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Facing elimination, Lightning focused on better start in Denver

Tampa Bay’s first two road games in the Stanley Cup final got out of hand early.
The Lightning's last game in Denver was one to forget, a 7-0 loss in Game 2.
The Lightning's last game in Denver was one to forget, a 7-0 loss in Game 2. [ DOUGLAS R. CLIFFORD | Times ]
Published Jun. 24|Updated Jun. 24

DENVER — If the Lightning are going to keep their drive for three straight Stanley Cups alive, they must do a better job of weathering a strong Avalanche start at home in tonight’s Game 5 at Ball Arena.

Tampa Bay started off remarkably slow in the previous two games in Denver, falling behind by three goals just 14 minutes into Game 2 en route to a 7-0 Colorado rout.

The Lightning were outscored 5-1 in the first 14 minutes of Games 1 and 2. Colorado took a 3-1 lead after one period in Game 1 before Tampa Bay rallied late for a 4-3 overtime loss.

Lightning coach Jon Cooper said this morning that a visitor faces many obstacles playing in Denver, including the high altitude, which he suggested was a factor in falling behind in Game 2.

“We just weren’t used to it,” Cooper said. “You can get away with it that early like Game 1, but I think it probably stunned us a bit in Game 2. Colorado, they’ve got a great crowd, the energy in the building is awesome, and they feed off that first five, 10 minutes and you really have to be engaged in the game, because then they start gaining momentum and unfortunately they scored early in these games.”

“That kind of put us on our heels,” Cooper added. “We had to chase the game a little bit. So to me that’s a pivotal part of tonight is making sure that we’re the ones trying to do some pushing here instead of them against us and not giving up those early goals, not giving up those early power plays and that should work well in our favor.”

Game 2 started off with Lightning defenseman Ryan McDonagh going to the penalty box for a roughing penalty just 61 seconds in and Colorado capitalizing on the power play on Valeri Nichushkin’s man-advantage goal.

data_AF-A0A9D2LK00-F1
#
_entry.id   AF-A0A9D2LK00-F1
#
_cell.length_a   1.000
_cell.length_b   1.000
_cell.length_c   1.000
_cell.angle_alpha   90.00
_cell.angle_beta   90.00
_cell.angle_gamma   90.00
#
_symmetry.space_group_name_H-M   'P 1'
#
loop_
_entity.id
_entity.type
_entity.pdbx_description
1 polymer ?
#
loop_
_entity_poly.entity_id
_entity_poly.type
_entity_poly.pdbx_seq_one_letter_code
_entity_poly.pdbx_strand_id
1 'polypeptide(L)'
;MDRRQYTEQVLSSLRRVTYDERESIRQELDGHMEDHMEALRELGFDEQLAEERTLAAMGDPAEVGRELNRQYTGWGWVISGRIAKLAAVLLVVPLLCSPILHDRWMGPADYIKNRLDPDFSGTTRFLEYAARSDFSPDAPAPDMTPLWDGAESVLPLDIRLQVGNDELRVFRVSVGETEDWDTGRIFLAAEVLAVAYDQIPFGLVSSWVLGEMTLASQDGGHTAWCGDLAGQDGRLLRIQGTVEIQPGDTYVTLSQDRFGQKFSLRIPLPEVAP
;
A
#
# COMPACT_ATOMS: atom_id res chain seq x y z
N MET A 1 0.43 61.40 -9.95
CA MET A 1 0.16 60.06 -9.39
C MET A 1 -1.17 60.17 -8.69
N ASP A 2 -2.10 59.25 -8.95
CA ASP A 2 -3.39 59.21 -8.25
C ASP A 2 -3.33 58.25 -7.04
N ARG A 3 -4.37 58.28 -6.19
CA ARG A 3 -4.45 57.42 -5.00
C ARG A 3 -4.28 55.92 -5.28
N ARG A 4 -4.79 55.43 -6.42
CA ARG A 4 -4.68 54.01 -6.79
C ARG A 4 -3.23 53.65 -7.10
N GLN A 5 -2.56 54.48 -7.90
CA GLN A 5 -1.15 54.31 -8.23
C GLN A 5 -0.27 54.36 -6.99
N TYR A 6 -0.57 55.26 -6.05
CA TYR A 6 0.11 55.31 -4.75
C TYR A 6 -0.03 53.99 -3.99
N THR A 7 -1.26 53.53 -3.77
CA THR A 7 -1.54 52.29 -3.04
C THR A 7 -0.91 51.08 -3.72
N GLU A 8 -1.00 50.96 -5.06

On the injury front, Cooper said he was “pretty confident” that defenseman Erik Cernak will return to the Lightning lineup in Game 5, which would give Tampa Bay a boost after playing most of Game 4 with just five defensemen after Cernak’s exit five minutes into the second period.

Center Anthony Cirelli — who appeared to take a skate blade to his right arm or hand during the second period Wednesday and did not take faceoffs for the remainder of the game — is a game-time decision as is center Brayden Point, who did participate in the optional morning skate.

The Lightning knew going into this series that they’d have to steal at least one game on the road. But now they must find a way to win two games in Denver.

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Tampa Bay can draw on how it opened Game 4 at home — outshooting the Avalanche 17-4 in the first period while taking a 1-0 lead before losing 3-2 in overtime.

“They play well here,” Lightning forward Corey Perry said. “But at the same time, if we look at how we started last game, take something out of that game plan and bring it into tonight and I don’t see why we can’t have a start like that.”

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